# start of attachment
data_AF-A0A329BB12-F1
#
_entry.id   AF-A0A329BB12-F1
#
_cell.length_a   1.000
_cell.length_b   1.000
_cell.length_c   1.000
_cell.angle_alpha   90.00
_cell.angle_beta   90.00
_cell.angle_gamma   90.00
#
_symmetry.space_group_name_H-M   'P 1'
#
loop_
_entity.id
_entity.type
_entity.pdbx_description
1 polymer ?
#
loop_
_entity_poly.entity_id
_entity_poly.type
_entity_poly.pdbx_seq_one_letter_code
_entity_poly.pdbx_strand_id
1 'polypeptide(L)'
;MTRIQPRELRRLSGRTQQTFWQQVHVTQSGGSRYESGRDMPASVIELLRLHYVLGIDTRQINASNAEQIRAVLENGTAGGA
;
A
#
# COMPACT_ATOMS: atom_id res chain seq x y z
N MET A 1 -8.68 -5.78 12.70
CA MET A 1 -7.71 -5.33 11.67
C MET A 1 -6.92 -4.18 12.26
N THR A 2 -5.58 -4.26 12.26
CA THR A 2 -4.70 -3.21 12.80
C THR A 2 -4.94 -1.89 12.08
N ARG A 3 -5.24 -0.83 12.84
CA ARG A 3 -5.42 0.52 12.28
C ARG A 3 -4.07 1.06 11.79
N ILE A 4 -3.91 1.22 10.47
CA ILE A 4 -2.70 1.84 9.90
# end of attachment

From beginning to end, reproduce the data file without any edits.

data_AF-A0A329BB12-F1
#
_entry.id   AF-A0A329BB12-F1
#
_cell.length_a   1.000
_cell.length_b   1.000
_cell.length_c   1.000
_cell.angle_alpha   90.00
_cell.angle_beta   90.00
_cell.angle_gamma   90.00
#
_symmetry.space_group_name_H-M   'P 1'
#
loop_
_entity.id
_entity.type
_entity.pdbx_description
1 polymer ?
#
loop_
_entity_poly.entity_id
_entity_poly.type
_entity_poly.pdbx_seq_one_letter_code
_entity_poly.pdbx_strand_id
1 'polypeptide(L)'
;MTRIQPRELRRLSGRTQQTFWQQVHVTQSGGSRYESGRDMPASVIELLRLHYVLGIDTRQINASNAEQIRAVLENGTAGGA
;
A
#
# COMPACT_ATOMS: atom_id res chain seq x y z
N MET A 1 -8.68 -5.78 12.70
CA MET A 1 -7.71 -5.33 11.67
C MET A 1 -6.92 -4.18 12.26
N THR A 2 -5.58 -4.26 12.26
CA THR A 2 -4.70 -3.21 12.80
C THR A 2 -4.94 -1.89 12.08
N ARG A 3 -5.24 -0.83 12.84
CA ARG A 3 -5.42 0.52 12.28
C ARG A 3 -4.07 1.06 11.79
N ILE A 4 -3.91 1.22 10.47
CA ILE A 4 -2.70 1.84 9.90